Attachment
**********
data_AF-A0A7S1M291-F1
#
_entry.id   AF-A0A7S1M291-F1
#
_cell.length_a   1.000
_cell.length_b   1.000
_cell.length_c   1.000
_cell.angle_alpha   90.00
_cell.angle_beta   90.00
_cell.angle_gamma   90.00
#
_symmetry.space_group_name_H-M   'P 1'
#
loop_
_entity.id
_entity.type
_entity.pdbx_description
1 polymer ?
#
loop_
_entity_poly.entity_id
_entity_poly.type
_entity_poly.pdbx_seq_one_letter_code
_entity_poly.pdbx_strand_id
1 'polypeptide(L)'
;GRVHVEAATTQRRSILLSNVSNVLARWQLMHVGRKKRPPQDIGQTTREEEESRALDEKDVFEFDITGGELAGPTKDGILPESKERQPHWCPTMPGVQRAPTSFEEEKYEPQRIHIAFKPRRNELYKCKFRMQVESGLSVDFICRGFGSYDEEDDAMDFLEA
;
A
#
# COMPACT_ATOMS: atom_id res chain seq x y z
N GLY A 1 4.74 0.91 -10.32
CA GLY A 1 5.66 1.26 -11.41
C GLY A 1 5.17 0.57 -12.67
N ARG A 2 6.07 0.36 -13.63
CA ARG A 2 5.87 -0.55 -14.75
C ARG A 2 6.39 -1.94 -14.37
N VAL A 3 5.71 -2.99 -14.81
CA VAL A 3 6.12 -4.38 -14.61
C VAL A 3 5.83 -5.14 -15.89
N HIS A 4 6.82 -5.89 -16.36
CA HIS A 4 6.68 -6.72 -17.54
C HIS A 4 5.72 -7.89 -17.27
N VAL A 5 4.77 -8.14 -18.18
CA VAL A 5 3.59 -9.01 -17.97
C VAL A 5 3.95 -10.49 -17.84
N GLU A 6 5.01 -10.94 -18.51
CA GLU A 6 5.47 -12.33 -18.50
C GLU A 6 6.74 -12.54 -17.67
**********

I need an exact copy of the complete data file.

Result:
data_AF-A0A7S1M291-F1
#
_entry.id   AF-A0A7S1M291-F1
#
_cell.length_a   1.000
_cell.length_b   1.000
_cell.length_c   1.000
_cell.angle_alpha   90.00
_cell.angle_beta   90.00
_cell.angle_gamma   90.00
#
_symmetry.space_group_name_H-M   'P 1'
#
loop_
_entity.id
_entity.type
_entity.pdbx_description
1 polymer ?
#
loop_
_entity_poly.entity_id
_entity_poly.type
_entity_poly.pdbx_seq_one_letter_code
_entity_poly.pdbx_strand_id
1 'polypeptide(L)'
;GRVHVEAATTQRRSILLSNVSNVLARWQLMHVGRKKRPPQDIGQTTREEEESRALDEKDVFEFDITGGELAGPTKDGILPESKERQPHWCPTMPGVQRAPTSFEEEKYEPQRIHIAFKPRRNELYKCKFRMQVESGLSVDFICRGFGSYDEEDDAMDFLEA
;
A
#
# COMPACT_ATOMS: atom_id res chain seq x y z
N GLY A 1 4.74 0.91 -10.32
CA GLY A 1 5.66 1.26 -11.41
C GLY A 1 5.17 0.57 -12.67
N ARG A 2 6.07 0.36 -13.63
CA ARG A 2 5.87 -0.55 -14.75
C ARG A 2 6.39 -1.94 -14.37
N VAL A 3 5.71 -2.99 -14.81
CA VAL A 3 6.12 -4.38 -14.61
C VAL A 3 5.83 -5.14 -15.89
N HIS A 4 6.82 -5.89 -16.36
CA HIS A 4 6.68 -6.72 -17.54
C HIS A 4 5.72 -7.89 -17.27
N VAL A 5 4.77 -8.14 -18.18
CA VAL A 5 3.59 -9.01 -17.97
C VAL A 5 3.95 -10.49 -17.84
N GLU A 6 5.01 -10.94 -18.51
CA GLU A 6 5.47 -12.33 -18.50
C GLU A 6 6.74 -12.54 -17.67